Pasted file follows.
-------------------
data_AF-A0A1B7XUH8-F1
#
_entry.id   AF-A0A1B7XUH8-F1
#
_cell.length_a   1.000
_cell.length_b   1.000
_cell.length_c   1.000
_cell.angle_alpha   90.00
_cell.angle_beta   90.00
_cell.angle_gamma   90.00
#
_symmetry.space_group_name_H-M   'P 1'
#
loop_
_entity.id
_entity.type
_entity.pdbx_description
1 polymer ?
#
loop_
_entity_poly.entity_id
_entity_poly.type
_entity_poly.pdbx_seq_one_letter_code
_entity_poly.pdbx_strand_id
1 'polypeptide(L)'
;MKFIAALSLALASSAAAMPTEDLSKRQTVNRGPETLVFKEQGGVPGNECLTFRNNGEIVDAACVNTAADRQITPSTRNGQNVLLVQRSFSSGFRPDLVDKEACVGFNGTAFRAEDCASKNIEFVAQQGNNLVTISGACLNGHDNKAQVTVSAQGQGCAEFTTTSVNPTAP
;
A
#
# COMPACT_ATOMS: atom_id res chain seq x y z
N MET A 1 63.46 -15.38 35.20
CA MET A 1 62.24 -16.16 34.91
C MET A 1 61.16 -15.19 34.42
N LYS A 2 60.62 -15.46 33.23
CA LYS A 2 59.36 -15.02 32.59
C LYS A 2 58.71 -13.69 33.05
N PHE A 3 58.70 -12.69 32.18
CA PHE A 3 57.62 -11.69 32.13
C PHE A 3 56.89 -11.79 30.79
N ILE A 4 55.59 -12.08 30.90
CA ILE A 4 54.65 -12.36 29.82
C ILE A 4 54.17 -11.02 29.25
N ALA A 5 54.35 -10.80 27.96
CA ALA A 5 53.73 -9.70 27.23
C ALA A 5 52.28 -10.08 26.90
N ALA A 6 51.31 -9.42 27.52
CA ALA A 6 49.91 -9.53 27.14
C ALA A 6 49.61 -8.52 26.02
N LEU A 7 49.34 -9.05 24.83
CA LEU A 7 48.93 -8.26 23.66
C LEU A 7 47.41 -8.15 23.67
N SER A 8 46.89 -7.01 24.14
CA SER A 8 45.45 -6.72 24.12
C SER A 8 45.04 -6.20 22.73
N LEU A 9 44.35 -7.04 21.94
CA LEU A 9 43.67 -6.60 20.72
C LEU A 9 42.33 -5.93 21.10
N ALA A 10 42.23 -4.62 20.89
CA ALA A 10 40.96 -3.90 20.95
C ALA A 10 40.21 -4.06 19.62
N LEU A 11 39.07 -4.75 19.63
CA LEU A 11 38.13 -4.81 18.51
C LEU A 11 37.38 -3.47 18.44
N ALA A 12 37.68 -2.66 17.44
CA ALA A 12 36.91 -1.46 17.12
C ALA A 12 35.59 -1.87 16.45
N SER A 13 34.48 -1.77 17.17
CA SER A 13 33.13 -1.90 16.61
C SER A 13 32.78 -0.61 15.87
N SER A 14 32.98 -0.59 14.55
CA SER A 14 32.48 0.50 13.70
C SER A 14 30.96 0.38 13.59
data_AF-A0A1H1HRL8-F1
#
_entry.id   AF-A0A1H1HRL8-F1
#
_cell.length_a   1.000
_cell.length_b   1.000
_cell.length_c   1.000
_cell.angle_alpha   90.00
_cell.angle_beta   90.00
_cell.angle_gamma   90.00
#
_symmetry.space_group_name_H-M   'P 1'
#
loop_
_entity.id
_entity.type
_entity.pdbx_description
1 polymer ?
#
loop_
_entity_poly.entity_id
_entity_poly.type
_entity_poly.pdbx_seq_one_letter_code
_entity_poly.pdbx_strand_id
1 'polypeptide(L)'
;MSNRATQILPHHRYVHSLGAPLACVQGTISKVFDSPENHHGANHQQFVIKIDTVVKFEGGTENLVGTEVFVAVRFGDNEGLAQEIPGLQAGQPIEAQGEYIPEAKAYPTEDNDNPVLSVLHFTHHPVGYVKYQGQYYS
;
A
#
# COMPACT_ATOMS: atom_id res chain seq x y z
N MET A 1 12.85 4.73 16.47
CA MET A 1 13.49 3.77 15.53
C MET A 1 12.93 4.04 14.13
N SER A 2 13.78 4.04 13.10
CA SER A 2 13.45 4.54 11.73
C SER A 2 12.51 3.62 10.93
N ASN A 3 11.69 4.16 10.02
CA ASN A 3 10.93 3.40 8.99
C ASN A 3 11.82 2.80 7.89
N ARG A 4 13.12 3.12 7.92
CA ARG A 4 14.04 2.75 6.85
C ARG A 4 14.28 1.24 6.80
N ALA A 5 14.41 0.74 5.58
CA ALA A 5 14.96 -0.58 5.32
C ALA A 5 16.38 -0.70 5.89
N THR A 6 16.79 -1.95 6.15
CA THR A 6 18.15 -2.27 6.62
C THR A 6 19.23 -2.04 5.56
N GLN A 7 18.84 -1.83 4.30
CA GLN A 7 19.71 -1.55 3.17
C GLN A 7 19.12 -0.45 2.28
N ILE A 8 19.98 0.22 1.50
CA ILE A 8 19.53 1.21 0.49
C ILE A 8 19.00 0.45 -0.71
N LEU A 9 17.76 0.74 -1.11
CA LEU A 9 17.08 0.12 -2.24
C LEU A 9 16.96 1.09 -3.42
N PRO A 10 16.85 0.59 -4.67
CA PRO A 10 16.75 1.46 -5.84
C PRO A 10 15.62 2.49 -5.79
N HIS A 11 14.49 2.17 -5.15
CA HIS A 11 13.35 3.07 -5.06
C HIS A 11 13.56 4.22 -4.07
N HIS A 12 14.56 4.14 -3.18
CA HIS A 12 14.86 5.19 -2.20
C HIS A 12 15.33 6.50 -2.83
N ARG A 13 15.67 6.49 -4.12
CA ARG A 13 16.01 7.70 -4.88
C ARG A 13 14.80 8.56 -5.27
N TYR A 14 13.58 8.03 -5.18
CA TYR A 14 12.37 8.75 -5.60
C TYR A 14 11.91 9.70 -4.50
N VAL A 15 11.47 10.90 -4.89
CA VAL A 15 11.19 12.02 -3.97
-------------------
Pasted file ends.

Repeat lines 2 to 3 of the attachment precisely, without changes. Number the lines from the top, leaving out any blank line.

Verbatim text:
#
_entry.id   AF-A0A1B7XUH8-F1